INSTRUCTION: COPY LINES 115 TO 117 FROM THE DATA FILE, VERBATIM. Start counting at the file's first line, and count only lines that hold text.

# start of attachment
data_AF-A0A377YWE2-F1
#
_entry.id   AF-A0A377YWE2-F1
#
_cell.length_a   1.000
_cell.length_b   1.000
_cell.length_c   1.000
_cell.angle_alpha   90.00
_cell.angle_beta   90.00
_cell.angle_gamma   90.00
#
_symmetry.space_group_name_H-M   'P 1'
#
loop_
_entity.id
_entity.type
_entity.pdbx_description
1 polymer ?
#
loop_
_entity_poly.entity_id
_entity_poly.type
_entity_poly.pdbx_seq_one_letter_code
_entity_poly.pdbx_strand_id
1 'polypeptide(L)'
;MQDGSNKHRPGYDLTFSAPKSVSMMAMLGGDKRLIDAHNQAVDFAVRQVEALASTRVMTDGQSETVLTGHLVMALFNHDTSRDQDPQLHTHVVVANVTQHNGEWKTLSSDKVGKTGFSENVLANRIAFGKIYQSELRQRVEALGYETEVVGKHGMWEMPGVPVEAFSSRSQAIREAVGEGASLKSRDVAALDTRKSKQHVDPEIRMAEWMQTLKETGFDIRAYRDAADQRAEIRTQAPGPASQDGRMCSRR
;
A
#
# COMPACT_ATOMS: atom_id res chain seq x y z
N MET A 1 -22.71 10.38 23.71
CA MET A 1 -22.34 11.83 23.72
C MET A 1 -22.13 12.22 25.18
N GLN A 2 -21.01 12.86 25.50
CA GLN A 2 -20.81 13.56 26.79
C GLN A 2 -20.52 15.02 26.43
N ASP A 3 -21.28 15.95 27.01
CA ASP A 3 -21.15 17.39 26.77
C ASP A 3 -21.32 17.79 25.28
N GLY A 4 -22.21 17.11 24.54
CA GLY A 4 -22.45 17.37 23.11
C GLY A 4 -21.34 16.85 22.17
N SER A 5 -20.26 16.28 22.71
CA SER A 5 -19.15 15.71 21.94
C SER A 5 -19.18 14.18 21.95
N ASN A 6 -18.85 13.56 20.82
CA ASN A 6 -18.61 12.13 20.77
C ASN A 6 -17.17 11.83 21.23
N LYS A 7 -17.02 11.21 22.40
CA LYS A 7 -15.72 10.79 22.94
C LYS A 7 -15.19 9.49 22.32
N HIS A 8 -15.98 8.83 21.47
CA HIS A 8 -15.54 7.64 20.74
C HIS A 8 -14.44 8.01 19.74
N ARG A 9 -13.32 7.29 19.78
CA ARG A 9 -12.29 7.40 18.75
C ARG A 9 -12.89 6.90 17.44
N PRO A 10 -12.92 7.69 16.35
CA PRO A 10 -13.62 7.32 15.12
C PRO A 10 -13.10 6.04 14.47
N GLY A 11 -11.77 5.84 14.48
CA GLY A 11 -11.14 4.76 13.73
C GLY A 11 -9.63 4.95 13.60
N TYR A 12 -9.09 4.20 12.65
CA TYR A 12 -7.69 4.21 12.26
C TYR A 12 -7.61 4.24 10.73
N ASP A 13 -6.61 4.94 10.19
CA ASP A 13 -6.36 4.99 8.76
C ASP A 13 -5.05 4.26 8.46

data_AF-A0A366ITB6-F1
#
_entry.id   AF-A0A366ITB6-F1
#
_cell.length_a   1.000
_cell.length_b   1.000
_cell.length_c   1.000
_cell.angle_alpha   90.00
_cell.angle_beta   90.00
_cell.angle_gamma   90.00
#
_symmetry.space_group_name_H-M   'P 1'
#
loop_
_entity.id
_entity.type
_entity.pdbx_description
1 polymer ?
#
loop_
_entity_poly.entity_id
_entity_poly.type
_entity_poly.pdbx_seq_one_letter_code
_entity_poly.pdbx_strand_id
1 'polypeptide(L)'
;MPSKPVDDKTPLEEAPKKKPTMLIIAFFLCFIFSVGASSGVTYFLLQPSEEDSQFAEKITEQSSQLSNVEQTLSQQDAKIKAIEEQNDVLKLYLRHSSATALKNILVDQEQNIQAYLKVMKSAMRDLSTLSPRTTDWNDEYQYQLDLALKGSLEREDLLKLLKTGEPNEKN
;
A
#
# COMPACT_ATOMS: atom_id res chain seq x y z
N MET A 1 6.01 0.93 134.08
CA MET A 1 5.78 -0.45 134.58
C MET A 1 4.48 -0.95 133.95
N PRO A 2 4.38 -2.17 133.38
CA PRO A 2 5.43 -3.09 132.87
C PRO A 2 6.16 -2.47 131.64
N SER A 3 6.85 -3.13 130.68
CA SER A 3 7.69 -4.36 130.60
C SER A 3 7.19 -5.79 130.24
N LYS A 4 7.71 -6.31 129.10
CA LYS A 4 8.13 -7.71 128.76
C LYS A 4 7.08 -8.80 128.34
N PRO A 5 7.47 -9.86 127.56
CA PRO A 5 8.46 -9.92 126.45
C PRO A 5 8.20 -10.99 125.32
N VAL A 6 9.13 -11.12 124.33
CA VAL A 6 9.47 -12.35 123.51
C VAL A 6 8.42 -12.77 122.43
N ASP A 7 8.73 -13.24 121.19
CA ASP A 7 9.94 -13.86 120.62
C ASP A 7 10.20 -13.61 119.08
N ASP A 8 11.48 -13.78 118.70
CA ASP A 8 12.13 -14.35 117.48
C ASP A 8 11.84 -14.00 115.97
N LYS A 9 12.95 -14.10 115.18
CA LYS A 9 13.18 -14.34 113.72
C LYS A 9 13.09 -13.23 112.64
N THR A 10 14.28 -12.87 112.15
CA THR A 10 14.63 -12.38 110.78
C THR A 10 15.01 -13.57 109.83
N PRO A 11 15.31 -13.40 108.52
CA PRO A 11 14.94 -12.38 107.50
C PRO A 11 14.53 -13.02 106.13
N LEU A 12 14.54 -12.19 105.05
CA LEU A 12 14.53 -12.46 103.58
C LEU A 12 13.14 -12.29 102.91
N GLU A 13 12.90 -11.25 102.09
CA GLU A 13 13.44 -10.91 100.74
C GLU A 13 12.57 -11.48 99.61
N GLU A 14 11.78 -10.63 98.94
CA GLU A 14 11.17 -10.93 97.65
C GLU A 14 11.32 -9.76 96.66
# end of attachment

N VAL A 6 9.13 -11.12 124.33
CA VAL A 6 9.47 -12.35 123.51
C VAL A 6 8.42 -12.77 122.43